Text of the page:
7. The obligation for all political parties and other entities participating in European elections to observe “democratic procedures and transparency” when electing their candidates and to ensure gender equality in their candidatures, either by using a zipper system or quotas.
8. The creation of a Union-wide constituency, comprising the territory of all Member States, in which 28 Members of the European Parliament would be elected through transnational electoral lists in the upcoming European elections (2024). In the Union-wide constituency, a uniform electoral system and procedure would apply:
• Members would be elected through a closed-lists system;
• European political parties, European associations of voters (0,02% of the voting age population in at least ¼ of Member States), European electoral coalitions (formed by at least 2 European political parties or associations of voters) and European coalitions of national parties or associations of voters from at least ¼ of the Member States would be entitled to submit candidacies for the Union-wide constituency;
• the candidature lists would be divided into sections of three slots, and, in every section, there should be a candidate from Member States with different population sizes, as indicated in Annex 1 of the proposal. This requirement aims to ensure that candidates from small and medium Member States also appear in electable places of every candidature list, thus ensuring a wide geographical representation;
• the D’Hondt formula would be used for the allocation of seats in the pan-European constituency after the elections.
9. The creation of a European Electoral authority, comprised of 27 members appointed by each Member State among professors of law or political science, that would be in charge of conducting the elections in the pan-European constituency but also of coordinating the exchange of information among the national electoral authorities and monitoring the implementation of the Regulation.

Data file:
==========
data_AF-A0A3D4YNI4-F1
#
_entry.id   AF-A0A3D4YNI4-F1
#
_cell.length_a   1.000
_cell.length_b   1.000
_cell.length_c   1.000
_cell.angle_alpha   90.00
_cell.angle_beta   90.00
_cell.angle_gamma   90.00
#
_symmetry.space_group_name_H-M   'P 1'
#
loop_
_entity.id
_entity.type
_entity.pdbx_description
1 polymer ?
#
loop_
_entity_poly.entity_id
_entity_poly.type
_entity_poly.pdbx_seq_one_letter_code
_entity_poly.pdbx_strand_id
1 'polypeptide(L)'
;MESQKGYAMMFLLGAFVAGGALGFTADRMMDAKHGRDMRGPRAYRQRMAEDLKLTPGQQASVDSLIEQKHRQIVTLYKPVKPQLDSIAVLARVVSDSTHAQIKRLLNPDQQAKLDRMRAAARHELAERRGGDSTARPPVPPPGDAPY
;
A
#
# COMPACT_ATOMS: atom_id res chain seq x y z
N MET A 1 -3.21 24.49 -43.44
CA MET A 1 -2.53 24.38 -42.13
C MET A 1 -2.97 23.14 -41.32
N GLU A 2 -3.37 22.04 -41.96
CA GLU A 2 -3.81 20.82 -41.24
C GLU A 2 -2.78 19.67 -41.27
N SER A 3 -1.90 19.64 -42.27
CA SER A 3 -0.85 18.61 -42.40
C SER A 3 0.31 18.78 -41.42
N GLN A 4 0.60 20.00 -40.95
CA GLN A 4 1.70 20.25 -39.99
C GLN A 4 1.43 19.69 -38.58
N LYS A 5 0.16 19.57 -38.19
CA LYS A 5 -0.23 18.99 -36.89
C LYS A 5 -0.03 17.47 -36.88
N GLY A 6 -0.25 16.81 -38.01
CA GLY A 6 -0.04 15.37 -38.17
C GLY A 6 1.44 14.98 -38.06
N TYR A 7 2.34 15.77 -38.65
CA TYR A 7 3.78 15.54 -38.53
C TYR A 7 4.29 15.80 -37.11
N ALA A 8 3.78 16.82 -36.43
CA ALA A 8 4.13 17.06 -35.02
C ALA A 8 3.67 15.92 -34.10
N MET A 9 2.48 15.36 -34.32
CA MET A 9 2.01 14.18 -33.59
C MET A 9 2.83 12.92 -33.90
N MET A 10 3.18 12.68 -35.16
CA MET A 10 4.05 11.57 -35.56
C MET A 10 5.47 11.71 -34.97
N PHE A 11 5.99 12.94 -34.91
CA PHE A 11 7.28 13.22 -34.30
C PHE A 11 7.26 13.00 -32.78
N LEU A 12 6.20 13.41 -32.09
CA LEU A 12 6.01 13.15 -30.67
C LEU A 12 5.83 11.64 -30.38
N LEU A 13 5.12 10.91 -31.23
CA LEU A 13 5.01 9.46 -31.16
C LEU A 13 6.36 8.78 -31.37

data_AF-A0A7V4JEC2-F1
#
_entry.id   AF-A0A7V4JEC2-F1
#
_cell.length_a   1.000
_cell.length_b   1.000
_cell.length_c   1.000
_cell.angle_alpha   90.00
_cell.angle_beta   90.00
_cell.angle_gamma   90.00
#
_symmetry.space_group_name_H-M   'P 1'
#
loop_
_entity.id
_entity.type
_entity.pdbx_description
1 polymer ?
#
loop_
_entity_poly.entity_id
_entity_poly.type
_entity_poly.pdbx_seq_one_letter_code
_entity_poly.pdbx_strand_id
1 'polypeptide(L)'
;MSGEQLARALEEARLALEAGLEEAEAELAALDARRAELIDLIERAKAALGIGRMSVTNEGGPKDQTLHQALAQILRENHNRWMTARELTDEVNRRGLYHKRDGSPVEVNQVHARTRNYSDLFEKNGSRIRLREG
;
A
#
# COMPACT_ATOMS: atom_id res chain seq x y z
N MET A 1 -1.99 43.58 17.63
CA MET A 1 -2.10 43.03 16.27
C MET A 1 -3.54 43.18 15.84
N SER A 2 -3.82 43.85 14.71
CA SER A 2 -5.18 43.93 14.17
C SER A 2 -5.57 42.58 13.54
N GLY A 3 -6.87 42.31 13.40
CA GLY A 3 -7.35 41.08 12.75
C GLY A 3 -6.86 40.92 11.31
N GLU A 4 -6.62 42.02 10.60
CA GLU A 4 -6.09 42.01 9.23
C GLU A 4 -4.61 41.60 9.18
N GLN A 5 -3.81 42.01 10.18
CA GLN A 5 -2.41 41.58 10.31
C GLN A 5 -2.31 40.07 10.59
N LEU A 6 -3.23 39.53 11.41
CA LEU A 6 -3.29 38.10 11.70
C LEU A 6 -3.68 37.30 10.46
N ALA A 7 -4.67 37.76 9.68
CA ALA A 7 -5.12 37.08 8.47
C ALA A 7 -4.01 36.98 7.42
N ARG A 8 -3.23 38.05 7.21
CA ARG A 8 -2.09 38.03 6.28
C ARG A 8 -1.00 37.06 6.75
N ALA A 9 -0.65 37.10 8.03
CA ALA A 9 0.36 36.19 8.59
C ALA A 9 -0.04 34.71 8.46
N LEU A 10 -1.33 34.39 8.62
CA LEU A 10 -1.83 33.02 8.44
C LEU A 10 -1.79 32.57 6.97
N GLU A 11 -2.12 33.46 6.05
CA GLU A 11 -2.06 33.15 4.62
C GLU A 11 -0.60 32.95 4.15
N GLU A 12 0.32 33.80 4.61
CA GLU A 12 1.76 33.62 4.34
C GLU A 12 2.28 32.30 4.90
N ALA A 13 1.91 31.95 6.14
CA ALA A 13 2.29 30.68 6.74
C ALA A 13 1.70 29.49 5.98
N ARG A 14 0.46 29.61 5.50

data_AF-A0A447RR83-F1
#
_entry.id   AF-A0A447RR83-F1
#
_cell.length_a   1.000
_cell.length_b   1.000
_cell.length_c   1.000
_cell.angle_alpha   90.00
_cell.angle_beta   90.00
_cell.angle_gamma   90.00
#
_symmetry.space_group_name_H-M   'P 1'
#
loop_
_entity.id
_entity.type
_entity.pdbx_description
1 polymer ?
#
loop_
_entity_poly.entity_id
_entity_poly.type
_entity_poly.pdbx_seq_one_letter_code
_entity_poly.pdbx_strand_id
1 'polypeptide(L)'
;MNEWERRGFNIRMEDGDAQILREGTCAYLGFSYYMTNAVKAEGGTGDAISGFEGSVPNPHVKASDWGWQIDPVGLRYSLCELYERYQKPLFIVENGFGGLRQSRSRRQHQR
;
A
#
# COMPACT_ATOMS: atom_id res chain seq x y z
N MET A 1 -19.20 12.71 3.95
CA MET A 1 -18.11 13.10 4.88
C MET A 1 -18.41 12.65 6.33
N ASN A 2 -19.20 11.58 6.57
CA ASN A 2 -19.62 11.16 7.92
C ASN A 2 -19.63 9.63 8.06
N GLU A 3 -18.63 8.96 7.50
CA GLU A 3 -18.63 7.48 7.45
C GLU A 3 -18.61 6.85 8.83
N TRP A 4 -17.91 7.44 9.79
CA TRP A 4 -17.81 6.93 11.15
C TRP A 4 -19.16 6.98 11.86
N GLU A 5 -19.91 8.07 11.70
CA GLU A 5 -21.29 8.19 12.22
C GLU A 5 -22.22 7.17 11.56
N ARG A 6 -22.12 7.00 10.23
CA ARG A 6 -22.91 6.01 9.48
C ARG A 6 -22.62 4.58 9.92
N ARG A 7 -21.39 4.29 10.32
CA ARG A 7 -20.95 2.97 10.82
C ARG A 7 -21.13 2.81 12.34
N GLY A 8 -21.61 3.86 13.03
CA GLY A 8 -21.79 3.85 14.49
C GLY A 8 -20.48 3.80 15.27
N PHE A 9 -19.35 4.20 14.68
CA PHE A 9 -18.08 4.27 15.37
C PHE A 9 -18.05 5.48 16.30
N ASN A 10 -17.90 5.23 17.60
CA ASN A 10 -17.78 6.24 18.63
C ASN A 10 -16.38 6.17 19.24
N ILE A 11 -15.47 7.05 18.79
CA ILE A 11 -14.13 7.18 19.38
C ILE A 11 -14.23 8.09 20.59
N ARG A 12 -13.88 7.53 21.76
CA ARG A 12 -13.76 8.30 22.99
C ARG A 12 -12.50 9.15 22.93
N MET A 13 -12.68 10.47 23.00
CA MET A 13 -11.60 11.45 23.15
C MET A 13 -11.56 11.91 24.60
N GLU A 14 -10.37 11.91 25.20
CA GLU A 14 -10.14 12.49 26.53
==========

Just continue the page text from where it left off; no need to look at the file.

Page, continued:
According to Article 223 TFEU, Parliament’s legislative initiative still needs to be approved unanimously by the Council, obtain Parliament’s consent (by a majority of its component members) and receive the approval of all the Member States by their respective constitutional requirements to enter into force. 

The Council Legal Service gave an opinion on the proposal's compatibility with the EU Treaties on 14 October 2022. At the General Affairs Council (GAC) on 18 October 2022, some Member States expressed reservations about a Union-wide constituency and the further harmonisation of the European electoral system. Since then, a survey was conducted among delegations, and a further discussion took place at the GAC on 27 June 2023. Among the most significant remaining difficulties are the lead candidate process, the EU-wide constituency, the voting age of 16 years, the obligation to provide postal voting.

The Spanish Presidency undertook to hold a technical debate in light of the results of the questionnaire.

References: 

For further reading:

Related legislative train file:

REFORM OF THE ELECTORAL LAW OF THE EU, 2018.

Author: Kamil Baraník, Members' Research Service, legislative-train@europarl.europa.eu

As of 20/06/2024.